Caserma Ederle community mourns 5 Afghan casualties
July 27, 2007
Mideast edition, Friday, July 27, 2007
The U.S. military community at Caserma Ederle, Italy, will mourn five 173rd Airborne Brigade Combat Team soldiers Friday who were killed this week in Afghanistan.
Four soldiers were killed Monday when their vehicle hit a roadside bomb. Their identities were released Wednesday by the Department of Defense.
A fifth soldier in the vehicle, Pfc. Mathew Taylor from Cameron Park, Calif., is receiving care at Brooke Army Medical Center in Texas after getting treatment at Landstuhl Regional Medical Center in Germany.
The four soldiers, all members of the 1st Battalion, 503rd Infantry Regiment based in Vicenza, were identified as:
1st Sgt. Michael S. Curry, 37, from Dania Beach, Fla.
Pfc. Adam J. Davis, 19, from Twin Falls, Idaho.
Sgt. Travon T. Johnson, 29, from Palmdale, Calif.
Pfc. Jessy S. Rogers, 20, from Copper Center, Alaska.
They will be honored in a 4 p.m. service at the base chapel along with Pfc. Juan S. Restrepo, who died in a separate incident on Sunday.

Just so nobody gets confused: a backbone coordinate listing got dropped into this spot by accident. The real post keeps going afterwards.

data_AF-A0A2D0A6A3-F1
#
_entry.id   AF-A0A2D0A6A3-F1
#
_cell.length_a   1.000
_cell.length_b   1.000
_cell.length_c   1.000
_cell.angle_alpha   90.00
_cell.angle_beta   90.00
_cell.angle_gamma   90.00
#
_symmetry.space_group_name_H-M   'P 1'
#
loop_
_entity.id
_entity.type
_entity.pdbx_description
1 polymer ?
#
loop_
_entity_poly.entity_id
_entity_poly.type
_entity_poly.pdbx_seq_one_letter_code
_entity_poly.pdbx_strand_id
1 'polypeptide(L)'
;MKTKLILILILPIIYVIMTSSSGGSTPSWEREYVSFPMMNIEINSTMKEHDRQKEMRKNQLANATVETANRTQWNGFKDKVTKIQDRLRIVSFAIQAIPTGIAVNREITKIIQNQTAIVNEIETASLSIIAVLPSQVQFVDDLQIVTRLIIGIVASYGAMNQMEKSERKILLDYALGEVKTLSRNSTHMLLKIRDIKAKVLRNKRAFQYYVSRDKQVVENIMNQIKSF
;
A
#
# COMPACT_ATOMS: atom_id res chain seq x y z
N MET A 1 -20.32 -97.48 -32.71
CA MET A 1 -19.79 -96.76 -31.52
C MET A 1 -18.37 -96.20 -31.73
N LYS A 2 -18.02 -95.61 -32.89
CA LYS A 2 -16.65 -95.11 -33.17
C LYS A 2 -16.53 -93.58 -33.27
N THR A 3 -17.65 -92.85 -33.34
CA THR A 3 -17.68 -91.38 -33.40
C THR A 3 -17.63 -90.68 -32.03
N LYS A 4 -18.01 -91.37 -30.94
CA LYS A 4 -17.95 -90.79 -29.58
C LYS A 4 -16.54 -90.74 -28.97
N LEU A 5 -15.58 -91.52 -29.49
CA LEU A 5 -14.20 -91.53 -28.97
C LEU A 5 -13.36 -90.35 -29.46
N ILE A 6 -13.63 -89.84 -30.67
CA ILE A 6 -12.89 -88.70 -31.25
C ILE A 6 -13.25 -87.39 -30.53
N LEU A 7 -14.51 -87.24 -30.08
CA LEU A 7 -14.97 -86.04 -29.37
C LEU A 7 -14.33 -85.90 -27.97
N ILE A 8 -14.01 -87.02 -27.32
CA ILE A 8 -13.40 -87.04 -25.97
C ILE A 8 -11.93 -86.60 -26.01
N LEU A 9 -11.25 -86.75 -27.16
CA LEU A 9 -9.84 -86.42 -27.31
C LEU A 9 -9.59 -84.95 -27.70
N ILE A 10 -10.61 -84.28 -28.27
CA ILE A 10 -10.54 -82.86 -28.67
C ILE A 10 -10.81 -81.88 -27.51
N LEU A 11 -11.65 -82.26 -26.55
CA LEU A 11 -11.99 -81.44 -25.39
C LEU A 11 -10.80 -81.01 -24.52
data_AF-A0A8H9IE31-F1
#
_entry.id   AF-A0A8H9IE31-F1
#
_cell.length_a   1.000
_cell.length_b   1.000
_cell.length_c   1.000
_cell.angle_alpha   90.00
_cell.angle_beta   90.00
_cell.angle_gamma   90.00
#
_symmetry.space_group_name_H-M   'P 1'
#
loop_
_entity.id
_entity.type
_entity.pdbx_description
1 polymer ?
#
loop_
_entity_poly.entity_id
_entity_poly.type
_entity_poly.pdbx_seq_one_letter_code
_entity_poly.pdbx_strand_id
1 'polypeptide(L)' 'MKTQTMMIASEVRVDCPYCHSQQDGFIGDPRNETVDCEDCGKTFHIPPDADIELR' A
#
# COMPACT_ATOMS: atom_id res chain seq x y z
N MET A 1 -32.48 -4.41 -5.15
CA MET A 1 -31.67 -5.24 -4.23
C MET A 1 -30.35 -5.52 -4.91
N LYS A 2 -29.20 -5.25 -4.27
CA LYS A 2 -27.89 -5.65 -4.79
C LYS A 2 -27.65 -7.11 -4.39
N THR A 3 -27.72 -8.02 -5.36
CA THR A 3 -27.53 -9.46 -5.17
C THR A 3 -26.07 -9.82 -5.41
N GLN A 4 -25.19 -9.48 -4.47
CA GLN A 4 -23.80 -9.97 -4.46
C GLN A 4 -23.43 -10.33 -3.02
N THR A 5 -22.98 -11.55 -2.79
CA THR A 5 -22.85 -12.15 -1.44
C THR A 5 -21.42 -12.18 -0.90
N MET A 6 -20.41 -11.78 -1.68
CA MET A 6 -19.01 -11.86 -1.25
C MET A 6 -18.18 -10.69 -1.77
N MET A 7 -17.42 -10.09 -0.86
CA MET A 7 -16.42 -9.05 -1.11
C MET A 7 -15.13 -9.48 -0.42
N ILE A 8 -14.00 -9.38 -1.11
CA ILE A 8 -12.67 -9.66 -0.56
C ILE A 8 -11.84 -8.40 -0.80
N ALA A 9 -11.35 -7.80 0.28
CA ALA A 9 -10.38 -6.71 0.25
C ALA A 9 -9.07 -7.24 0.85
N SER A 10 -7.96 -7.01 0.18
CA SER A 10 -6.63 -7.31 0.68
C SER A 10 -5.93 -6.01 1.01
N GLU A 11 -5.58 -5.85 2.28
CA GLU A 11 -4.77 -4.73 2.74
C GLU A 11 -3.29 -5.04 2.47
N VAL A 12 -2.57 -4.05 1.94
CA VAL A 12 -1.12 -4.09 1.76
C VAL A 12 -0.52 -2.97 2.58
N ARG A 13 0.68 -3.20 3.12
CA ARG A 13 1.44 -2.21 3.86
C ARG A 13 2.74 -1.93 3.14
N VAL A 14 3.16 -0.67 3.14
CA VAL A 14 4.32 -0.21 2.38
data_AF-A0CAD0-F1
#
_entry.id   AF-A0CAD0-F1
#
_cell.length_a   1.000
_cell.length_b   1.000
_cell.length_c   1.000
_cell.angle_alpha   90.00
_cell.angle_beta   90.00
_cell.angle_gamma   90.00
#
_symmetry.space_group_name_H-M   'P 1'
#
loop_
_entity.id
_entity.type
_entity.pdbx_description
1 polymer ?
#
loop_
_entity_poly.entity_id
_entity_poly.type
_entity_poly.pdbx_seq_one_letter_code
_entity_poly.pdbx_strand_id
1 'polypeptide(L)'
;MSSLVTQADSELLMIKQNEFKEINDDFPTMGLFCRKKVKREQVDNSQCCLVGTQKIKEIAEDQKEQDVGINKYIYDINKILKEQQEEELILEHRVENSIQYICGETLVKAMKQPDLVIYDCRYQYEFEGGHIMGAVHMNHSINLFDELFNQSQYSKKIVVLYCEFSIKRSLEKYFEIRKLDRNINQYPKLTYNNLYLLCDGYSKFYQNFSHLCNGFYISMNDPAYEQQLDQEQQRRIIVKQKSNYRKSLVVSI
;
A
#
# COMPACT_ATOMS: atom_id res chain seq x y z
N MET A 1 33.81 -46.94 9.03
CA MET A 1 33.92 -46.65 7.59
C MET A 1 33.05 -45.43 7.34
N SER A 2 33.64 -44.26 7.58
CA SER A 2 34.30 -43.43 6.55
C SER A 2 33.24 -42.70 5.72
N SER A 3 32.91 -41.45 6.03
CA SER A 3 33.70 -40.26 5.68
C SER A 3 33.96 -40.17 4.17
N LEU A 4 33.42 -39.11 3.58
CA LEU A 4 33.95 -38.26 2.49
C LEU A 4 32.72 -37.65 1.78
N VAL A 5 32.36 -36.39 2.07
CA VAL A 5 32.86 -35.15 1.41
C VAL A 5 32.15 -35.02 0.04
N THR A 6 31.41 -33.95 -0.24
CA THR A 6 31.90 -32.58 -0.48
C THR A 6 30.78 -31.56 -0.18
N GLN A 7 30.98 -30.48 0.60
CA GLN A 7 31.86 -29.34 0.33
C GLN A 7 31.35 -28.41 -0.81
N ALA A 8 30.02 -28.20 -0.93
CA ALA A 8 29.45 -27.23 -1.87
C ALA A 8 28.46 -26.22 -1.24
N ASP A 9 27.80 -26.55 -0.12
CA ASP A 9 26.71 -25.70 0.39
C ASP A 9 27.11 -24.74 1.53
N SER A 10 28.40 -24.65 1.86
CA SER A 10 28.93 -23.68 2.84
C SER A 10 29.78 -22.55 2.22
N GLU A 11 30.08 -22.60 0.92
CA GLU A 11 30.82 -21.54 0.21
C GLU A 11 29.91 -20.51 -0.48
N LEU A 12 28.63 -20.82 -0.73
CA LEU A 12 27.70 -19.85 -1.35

Online reports from various media outlets quoted friends and family members of Curry, Davis and Johnson.
Curry leaves behind his wife, Lucia, and two sons — Taylor, 12, and Kevin, 9 — according to a report by the Miami Herald, which quoted his sisters in Florida.
“Our brother was our hero,” Keisha Robinson, the oldest of Curry’s three sisters, told the newspaper. “He paid the ultimate sacrifice with his life. He will be truly missed.”
Davis was killed just days before his 20th birthday, according to a report by the Times-News of Twin Falls. His older brother, T.J., is also in the Army and stationed in Texas.
“Adam is there by choice,” his uncle, Randy Davis, was quoted as saying. “I think he wanted to do something with his life. He’s still young and wasn’t thinking of college or anything.”
Johnson leaves behind a wife and two children from previous relationships, according to the Daily Bulletin of Ontario, Calif. The report said Johnson had been wounded in an earlier deployment and refused opportunities for promotion so he could stay with his unit.
“He wanted to stick by his troops,” said James Ward, described by the paper as a family friend and former Marine. “He believed it was essential to train them himself and make sure they survive.”
Nine members of the 173rd Airborne Brigade Combat Team have died in the three months the unit has been deployed to Afghanistan.